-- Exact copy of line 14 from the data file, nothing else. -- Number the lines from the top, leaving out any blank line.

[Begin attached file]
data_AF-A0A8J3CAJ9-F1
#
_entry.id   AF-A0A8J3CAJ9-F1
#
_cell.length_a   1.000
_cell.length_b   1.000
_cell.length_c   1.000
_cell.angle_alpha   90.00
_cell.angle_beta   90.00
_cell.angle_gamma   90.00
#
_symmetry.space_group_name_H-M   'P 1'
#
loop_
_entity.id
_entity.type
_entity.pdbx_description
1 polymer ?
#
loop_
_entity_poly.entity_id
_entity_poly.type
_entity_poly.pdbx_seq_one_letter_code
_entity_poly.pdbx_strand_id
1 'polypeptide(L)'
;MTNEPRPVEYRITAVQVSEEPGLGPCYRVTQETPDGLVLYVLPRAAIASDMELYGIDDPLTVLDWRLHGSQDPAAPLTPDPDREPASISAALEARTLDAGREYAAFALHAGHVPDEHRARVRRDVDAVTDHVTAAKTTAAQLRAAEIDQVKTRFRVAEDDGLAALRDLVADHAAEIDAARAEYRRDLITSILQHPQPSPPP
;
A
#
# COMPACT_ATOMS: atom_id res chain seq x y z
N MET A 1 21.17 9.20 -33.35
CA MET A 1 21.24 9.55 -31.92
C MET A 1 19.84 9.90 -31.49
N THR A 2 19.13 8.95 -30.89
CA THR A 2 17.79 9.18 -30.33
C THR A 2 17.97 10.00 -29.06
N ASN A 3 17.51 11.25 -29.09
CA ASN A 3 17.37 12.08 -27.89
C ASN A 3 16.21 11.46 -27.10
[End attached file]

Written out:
loop_